Orange Prize Winner

Yesterday Barbara Kingsolver won the Orange Prize for The Lacuna.  When I heard I was mostly ho-hum, so I didn’t rush to post this notice.  I know several people like The Lacuna, but in no review have I been able to grab on to something that suggests I might like it too (though I thought Kingsolver did an excellent job with The Poisonwood Bible).  People who haven’t enjoyed the book, however: their qualms are the same qualms I would have, and they have pretty much assured me that I wouldn’t like it.  They say it is formally ambitious but fails to deliver because the cobbled pieces of media are unconvincing and don’t feel genuine.  The writing is flowery and more an attempt to show-off than move the narrative.  It consistently tells you the story rather than let you live it.  That may lead into the real reason I am sure I wouldn’t like it: they say Kingsolver is editorializing, that The Lacuna is a polemic.  I am unpersuaded, so far, by the occasional reviewer who says that the human story rises above the polemic, and I’m just not interested in another novel that tries to tie together so many notable events and people in history (Diego Rivera, Leon Trotsky, HUAC, Nixon) in order to drive home a point about modern society.  I liked The Poisonwood Bible — quite a bit, actually — but it had its faults; from what I’ve heard The Lacuna keeps the faults, builds them up, and loses the rest.

That is all just my impressions from the reviews I’ve read.  The reviews have left such a strong impression upon me that I don’t think I could force my way into this one.

6 thoughts on “Orange Prize Winner”

  1. I’m with you on this one — although I admit that I parted ways with Kingsolver a few books ago. For me, the most interesting thing about The Lacuna is that three readers whom I respect (Colette, Kerry at Hungry Like the Woolf and Kirsty at Other Stories) all abandoned it. That’s all the disincentive that I need.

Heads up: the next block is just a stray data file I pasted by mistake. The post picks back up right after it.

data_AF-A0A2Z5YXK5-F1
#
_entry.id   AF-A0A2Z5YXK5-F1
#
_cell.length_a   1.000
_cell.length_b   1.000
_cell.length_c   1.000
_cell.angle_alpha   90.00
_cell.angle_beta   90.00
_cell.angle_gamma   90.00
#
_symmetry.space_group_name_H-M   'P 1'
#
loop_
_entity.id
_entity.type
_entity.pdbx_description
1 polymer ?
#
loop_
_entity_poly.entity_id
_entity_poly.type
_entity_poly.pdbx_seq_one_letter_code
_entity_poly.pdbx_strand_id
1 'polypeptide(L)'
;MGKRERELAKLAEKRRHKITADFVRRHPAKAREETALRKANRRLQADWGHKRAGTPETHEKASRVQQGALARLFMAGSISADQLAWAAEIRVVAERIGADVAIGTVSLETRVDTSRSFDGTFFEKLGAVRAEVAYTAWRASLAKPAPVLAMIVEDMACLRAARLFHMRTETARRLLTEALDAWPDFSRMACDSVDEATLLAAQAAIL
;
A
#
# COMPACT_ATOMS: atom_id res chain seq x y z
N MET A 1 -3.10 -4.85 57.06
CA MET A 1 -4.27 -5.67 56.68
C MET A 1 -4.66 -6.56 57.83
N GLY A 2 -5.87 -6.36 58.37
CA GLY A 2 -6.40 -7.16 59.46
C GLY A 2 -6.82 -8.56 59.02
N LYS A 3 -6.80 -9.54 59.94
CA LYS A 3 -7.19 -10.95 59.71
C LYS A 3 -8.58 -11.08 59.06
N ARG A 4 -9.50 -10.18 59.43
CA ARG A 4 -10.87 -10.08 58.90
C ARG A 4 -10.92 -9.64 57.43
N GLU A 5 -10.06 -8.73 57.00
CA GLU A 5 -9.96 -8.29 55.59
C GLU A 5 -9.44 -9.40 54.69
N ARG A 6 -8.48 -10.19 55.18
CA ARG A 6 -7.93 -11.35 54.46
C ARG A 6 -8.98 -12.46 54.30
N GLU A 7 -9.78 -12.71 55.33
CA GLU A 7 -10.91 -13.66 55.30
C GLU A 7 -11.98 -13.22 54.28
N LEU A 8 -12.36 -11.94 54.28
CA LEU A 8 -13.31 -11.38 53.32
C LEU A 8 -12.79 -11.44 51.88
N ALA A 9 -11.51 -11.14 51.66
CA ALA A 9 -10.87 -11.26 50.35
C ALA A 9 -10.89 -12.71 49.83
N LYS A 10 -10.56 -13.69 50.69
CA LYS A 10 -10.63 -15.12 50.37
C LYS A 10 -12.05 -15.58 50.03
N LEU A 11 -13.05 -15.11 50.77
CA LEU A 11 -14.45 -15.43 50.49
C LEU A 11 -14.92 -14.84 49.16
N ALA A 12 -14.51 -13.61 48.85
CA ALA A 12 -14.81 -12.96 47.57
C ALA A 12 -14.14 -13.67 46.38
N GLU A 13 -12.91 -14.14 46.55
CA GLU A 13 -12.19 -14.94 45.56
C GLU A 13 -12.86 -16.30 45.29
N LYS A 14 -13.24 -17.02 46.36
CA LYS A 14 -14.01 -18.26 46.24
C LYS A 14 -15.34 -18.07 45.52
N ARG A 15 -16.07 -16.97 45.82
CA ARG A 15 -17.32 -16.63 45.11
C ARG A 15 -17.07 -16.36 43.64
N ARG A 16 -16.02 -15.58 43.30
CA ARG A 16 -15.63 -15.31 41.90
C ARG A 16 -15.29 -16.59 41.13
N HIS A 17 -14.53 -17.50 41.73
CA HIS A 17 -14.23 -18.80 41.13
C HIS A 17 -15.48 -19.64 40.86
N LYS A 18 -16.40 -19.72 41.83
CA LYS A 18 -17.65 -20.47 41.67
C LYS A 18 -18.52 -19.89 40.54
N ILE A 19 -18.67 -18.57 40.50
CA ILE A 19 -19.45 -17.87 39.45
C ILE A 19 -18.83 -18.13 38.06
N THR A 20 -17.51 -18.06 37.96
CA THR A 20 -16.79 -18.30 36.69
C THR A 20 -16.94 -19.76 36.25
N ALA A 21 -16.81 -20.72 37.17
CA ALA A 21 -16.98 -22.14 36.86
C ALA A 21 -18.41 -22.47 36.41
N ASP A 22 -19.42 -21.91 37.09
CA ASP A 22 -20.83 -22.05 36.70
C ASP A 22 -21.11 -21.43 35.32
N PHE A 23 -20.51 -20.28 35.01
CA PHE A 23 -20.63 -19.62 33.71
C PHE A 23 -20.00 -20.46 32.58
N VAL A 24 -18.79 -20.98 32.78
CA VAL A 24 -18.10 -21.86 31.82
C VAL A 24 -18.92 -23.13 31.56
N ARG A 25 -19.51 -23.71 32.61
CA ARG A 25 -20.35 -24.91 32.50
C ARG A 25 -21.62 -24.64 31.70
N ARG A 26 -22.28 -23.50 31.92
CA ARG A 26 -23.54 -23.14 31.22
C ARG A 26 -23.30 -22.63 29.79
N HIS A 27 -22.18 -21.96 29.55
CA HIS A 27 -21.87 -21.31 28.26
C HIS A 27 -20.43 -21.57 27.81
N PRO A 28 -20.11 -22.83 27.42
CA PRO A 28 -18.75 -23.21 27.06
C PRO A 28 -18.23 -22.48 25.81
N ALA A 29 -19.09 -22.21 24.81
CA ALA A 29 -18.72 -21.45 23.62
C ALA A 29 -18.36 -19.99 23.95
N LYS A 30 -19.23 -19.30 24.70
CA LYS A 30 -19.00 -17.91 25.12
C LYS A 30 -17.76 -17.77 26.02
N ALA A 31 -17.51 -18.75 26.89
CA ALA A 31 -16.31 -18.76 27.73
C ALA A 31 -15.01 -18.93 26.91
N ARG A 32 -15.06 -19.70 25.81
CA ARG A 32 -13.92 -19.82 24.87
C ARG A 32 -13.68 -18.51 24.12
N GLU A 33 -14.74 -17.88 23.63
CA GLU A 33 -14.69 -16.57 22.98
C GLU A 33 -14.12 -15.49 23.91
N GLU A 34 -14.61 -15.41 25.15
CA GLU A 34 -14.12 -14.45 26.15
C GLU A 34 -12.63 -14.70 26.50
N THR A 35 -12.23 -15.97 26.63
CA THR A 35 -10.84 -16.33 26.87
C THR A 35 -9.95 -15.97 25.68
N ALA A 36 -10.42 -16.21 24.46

2. Lee Monks says:

    Considering the poor reception this book has had everywhere else, does it potentially discredit the Orange panel? It seems to have been ditched or forgotten in the main. I’m guessing it’s yet another compromise accolade.

  3. Liz says:

    Well, I must admit, I did start Lacuna and then put it down after a few pages, thinking I would pick it up again if it won the Orange. So, I plan on doing just that…soon. After the announcement yesterday I ran to my library and checked out The Boy Next Door, which won the Orange for best debut novel. The author is Irene Sabatini. So far…I can’t put it down. Perhaps this will redeem the Orange panel for those skeptics out there?

  4. Mary Gilbert says:

    The writing is only really `flowery’ in the first chapter and I quite enjoyed the descriptions of Mexico. However the novel is far too long to support such a feeble protagonist. Zelig -like he hovers on the edge of encounters with Frieda Kahlo, Trotsky and McCarthy. He’s such a cipher – discreet to the point of invisibility – that it ‘s hard to care. The sections which include the characters of Kahlo and Rivera and Trotsky’s death are more interesting but made me wish I was reading novels about them instead.

  5. Jenifer says:

    Trevor- just followed you here from shannon hale’s blog. wanted to tell you that i appreciated your comments. i still don’t think ratings would hurt as much as you think they would. but, you made some good points!! thanks.

  6. Trevor says:

    Thanks for following me, Jenifer :) . It is an interesting discussion.

    Anyone else who is interested in a debate about whether placing content ratings on books can check it out on Shannon Hale’s blog. I’m adamantly against such a thing for a variety of reasons.

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